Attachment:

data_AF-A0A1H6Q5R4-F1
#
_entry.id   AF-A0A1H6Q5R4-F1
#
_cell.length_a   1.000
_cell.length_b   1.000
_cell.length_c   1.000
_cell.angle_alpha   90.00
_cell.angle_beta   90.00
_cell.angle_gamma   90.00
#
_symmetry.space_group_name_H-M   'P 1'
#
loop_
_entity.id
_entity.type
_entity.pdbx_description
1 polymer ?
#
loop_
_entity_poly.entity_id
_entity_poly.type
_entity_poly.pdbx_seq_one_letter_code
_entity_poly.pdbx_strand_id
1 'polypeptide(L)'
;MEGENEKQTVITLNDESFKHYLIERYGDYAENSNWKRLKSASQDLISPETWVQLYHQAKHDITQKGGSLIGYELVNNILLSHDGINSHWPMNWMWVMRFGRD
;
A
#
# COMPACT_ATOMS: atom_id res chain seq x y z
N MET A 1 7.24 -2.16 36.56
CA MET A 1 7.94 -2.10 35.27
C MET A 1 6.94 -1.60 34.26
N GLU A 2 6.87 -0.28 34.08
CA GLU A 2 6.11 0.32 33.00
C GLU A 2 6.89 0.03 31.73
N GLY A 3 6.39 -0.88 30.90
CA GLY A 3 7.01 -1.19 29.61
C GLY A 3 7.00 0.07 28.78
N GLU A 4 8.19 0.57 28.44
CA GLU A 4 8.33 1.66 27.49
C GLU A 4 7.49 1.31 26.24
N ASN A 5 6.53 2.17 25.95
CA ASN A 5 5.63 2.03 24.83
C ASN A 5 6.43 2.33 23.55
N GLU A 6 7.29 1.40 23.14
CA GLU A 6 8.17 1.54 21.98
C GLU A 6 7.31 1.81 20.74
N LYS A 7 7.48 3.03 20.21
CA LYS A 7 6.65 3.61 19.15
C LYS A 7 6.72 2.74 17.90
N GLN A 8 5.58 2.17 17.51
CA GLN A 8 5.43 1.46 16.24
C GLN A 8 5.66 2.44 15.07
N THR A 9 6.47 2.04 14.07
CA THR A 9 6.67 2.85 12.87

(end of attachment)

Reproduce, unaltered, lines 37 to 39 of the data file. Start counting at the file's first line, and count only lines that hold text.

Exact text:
N GLY A 3 6.39 -0.88 30.90
CA GLY A 3 7.01 -1.19 29.61
C GLY A 3 7.00 0.07 28.78